May 31 to June 5, 2020 marked the first ever Black Birders Week, a five-day virtual event to raise awareness and highlight the need for action surrounding the racism and discrimination Black individuals face in nature spaces. Unlike their white counterparts, black individuals face additional challenges that can prevent full enjoyment of the outdoors; challenges that are rooted in systemic and historical racism that manifests today in unconscious and conscious biases against black individuals. These challenges often result in low representations or exclusion of people of color in nature and outdoor activities. Black Birders Week sparked a national discussion and the organizers, a group called the BlackAFinSTEM collective, hope that the result of this increased awareness and understanding of the black perspective will lead to a normalization of people of color in birding, nature, and science.
The idea for the five-day-long virtual event was conceived in response to the alarming racist incident recorded in Central Park between Christian Cooper, an avid Black birdwatcher and member of New York City Audubon board of directors, and a white woman who was weaponizing race as a scare tactic against Cooper. Seeing the national response, organizers saw this as an opportunity to acknowledge that the experience of Christian Cooper was not uncommon for Black people in nature, and although racism manifests itself in various ways, there are things everyone can do to support a more diverse and welcoming outdoor community for all.
Each day of the event had a different online experience. Below are posts from Twitter and Facebook that highlights the week’s activities and participants experience.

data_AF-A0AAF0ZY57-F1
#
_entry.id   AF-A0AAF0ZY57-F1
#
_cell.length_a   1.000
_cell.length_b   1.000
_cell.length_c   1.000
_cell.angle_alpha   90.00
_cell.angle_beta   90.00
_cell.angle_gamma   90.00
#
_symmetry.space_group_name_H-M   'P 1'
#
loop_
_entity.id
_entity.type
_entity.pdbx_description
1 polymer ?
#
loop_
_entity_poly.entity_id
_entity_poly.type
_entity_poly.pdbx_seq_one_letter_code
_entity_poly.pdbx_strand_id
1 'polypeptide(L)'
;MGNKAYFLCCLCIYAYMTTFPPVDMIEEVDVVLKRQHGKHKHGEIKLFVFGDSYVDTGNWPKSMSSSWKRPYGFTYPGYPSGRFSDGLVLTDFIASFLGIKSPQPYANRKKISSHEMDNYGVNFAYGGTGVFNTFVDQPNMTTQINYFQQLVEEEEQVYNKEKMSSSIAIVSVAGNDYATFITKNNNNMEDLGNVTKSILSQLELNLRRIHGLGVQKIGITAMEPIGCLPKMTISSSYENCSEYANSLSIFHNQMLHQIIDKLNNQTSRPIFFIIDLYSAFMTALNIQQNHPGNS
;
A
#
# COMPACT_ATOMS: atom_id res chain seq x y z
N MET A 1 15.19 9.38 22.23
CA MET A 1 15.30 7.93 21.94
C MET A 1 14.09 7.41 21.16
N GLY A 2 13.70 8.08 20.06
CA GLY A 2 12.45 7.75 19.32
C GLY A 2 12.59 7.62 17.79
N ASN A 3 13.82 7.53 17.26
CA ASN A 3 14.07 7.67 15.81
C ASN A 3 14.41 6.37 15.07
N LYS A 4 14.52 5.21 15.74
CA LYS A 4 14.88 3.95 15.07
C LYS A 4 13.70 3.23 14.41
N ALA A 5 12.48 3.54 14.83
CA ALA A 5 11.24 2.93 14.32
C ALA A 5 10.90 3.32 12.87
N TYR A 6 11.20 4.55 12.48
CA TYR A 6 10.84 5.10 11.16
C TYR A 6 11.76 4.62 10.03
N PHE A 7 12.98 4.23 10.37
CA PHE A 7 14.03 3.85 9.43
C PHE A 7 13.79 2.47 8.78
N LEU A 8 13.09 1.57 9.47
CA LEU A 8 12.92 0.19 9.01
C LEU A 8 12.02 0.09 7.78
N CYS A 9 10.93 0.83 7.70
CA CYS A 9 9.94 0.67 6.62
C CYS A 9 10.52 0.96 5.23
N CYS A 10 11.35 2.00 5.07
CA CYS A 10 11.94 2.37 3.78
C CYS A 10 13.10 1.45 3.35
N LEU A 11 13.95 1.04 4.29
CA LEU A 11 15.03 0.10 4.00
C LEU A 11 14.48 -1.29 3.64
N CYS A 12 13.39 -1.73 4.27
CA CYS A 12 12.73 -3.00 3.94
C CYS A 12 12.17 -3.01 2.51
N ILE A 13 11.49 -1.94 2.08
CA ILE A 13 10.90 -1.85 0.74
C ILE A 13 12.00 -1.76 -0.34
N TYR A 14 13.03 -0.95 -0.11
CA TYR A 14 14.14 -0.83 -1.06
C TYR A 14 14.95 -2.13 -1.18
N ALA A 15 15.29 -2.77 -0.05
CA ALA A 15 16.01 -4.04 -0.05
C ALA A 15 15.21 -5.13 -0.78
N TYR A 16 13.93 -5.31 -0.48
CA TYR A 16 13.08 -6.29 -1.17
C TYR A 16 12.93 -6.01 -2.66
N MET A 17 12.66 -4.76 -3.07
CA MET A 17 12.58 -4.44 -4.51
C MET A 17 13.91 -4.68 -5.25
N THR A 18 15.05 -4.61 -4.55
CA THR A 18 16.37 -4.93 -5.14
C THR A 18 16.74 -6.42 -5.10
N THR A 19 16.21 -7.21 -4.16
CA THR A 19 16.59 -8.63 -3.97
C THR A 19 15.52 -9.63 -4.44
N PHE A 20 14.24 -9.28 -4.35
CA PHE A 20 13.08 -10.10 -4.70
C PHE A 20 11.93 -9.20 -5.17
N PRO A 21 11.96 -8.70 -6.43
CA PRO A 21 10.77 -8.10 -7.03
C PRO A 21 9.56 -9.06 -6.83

Day 1: #BlackInNature celebrated Black nature enthusiasts around the world debunking the stereotype that black people do not enjoy nature.
Day 2: The #PostaBird challenge asked people to share their favorite bird photos and facts.
Day 3: #AskABlackBirder featured a two-hour Q&A with Black Birders
Day 4: The #BirdingWhileBlack livestream discussions offered a space for Black birders, including Dr. J. Drew Lanham, Jason and Jeffrey Ward, Corina Newsome, and Kassandra Ford, to share their love for birds and their experiences—both positive and negative—being and working in natural spaces. (view Session 1 and Session 2).
Day 5: #BlackWomenWhoBird increased visibility and representation.
Key takeaway from Black Birders Week
Birding and Nature are for Everyone, Everywhere
Birding and being in nature are typically thought to be rejuvenating, fun, relaxing, and peaceful, but people of color cannot always fully enjoy these feelings because of an underlying sense of “otherness” or not belonging. In some cases, they experience racism both blatant and subtle. The livestream sessions with Black birders were particularly eye-opening because each and every person on the stream could recount a time where they:
- Felt unsafe going to a certain area (or even an entire state) to bird because they feared someone would report a “suspicious” black person or their safety would be otherwise threatened because of the color of their skin.
- Felt out of place in a group of other birdwatchers because they were the only person of color and the others in the group seemed amazed by them being there.
- Experienced outright racism from police or other individuals.
- Made sure to be obvious that they were birdwatching by raising their binoculars or wearing nerdy bird-themed clothes to reduce suspicion.
It is unacceptable that this is a reality for so many bird and nature enthusiasts. Birds and nature are for everyone to enjoy and study regardless of the color of their skin.
You Can Make A Difference
Learn more about the discrimination and racism people of color face when they are in natural spaces, at science conferences, and in their lives.